The Seattle Times editorial board (pictured at right) suffers from chronic foot-in-mouth disease. So it's not a surprise to see it endorsing Tim Eyman's I-1053, an initiative that would restore the two-thirds requirement for the Legislature to raise taxes, on the grounds that it "restrains" a state government that is already quite snugly harnessed as is.
Using a graph from the conservative Tax Foundation reprinted below, HorsesAss pointed out yesterday that state taxes as a percentage of the total economy are near a 30-year low. And Washington's tax burden is well below the national average and has been for a decade.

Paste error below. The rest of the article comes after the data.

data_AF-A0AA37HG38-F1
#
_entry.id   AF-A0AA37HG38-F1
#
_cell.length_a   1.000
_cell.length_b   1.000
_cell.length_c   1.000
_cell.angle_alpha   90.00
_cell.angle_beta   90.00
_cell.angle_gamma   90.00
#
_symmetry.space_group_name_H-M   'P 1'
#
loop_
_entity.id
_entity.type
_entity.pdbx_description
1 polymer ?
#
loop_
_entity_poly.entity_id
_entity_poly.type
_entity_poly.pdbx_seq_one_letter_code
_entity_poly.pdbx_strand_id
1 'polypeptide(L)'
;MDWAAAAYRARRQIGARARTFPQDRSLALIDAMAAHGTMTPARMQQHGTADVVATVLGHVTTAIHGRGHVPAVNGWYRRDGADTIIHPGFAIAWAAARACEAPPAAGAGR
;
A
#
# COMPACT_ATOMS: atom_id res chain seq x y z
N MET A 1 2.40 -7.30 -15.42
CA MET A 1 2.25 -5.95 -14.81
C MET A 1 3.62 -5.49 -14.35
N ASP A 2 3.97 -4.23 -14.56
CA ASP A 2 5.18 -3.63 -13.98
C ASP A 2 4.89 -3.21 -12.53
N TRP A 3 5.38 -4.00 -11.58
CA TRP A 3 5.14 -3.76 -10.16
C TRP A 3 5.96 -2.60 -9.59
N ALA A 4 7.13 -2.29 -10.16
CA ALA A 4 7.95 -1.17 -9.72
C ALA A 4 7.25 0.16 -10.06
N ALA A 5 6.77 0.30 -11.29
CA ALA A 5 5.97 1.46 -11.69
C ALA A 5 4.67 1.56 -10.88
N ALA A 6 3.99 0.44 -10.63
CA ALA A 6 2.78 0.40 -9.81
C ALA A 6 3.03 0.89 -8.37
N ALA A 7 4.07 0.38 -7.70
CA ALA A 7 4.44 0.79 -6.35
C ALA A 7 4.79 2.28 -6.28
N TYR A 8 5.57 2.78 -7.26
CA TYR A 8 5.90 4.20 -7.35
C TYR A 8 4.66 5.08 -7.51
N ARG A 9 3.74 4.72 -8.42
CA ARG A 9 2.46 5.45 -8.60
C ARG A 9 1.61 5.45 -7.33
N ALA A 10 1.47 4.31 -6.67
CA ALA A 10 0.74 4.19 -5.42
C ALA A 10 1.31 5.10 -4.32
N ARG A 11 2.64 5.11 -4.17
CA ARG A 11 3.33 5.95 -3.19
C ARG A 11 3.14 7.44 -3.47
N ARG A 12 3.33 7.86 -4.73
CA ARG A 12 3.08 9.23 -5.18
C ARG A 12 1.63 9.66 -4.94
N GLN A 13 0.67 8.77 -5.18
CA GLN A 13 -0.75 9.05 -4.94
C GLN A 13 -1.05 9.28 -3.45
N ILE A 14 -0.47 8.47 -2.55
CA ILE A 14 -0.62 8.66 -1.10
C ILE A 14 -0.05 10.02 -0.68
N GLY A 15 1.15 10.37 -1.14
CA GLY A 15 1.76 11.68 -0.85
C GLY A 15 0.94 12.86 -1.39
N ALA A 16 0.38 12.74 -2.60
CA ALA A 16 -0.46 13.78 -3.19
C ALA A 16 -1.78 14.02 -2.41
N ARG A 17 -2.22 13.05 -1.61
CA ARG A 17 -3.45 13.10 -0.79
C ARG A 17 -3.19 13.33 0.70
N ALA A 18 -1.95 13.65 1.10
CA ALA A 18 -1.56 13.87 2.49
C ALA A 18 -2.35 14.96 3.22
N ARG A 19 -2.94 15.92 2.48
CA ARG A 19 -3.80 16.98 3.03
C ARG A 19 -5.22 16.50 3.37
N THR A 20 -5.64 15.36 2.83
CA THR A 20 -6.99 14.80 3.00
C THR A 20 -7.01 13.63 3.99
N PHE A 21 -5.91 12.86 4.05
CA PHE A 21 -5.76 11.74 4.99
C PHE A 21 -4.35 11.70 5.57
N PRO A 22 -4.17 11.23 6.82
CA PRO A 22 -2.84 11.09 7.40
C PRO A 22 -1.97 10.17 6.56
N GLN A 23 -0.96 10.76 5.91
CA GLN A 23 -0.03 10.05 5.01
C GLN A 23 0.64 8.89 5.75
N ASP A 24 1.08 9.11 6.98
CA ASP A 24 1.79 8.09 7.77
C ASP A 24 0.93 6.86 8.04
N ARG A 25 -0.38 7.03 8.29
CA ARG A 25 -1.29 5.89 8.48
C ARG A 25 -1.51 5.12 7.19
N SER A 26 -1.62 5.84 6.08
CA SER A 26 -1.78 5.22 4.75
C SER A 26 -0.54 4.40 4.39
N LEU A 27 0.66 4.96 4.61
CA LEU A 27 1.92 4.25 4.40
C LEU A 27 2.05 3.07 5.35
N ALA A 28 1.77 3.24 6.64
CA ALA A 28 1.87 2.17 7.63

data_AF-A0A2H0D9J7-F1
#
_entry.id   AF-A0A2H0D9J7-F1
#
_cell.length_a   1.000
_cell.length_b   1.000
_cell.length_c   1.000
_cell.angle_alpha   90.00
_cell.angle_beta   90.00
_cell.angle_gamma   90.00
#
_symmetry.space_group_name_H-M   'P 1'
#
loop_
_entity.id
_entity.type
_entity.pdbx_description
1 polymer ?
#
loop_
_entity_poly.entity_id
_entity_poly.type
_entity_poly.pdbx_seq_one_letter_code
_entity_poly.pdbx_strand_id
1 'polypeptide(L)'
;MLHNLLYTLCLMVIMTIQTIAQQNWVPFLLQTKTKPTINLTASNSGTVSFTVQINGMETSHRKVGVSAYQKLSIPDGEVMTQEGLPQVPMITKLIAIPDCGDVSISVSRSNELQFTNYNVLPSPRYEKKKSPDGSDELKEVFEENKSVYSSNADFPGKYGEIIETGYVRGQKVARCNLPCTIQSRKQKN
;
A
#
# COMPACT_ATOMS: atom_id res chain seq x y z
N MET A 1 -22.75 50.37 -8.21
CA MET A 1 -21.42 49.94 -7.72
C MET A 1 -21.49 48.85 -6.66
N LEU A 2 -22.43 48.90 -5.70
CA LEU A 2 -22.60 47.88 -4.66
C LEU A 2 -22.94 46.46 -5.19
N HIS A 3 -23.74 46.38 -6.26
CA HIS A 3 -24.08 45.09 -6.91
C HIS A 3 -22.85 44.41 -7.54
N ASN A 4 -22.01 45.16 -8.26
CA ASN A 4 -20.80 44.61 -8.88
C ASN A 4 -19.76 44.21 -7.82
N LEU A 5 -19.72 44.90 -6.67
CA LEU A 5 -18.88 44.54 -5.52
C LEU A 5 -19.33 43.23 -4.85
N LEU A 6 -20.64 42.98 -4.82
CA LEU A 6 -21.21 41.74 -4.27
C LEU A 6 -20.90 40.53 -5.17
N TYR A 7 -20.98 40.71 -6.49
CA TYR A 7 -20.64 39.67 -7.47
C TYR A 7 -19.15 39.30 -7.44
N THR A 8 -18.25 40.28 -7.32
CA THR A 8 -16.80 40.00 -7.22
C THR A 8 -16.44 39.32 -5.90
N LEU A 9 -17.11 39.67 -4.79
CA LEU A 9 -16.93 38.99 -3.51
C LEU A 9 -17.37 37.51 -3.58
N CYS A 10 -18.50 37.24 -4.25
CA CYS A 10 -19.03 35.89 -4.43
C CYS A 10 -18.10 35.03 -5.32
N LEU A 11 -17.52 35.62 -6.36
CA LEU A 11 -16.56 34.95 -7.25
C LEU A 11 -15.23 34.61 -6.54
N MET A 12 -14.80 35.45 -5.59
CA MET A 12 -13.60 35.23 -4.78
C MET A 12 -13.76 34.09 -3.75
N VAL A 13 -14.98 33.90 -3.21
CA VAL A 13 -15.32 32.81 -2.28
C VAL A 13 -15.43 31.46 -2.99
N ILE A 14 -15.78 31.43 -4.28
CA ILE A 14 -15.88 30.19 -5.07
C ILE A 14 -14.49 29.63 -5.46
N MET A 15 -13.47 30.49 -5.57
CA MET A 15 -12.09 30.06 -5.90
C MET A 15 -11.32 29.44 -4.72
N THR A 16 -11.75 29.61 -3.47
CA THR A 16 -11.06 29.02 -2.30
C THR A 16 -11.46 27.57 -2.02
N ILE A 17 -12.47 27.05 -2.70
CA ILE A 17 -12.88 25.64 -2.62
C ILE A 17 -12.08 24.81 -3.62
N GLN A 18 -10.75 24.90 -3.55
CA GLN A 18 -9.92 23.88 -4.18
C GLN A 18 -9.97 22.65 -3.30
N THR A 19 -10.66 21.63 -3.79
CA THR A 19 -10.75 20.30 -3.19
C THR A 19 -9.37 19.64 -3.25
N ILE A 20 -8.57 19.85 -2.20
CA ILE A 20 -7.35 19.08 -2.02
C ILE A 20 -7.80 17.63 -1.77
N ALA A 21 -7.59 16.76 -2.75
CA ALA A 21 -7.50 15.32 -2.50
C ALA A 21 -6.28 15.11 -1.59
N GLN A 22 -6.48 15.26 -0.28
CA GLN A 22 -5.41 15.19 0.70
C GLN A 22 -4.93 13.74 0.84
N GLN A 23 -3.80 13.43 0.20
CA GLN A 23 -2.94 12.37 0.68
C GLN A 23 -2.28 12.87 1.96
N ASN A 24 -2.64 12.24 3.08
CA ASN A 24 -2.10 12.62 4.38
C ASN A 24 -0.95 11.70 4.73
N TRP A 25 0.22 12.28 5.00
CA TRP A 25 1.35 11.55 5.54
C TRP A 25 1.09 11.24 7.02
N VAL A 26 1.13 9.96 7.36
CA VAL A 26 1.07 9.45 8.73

As Goldy writes, budgets are unsustainable because of an "antiquated tax structure that simply cannot keep pace with the economy and the associated growth in demand for public services." In other words, it'd help mightily if we had a state income tax.
But considering that's the third rail of state politics, it's probably not gonna happen anytime soon. Especially when the Times editorial board is, you guessed it, advising voters to politely ignore anyone asking for signatures for I-1098, the Bill Gates Sr.-approved (but God-rejected) initiative that would tax the wealthy.
Frequent Times critic Joel Connelly sums it up best in Tweet form: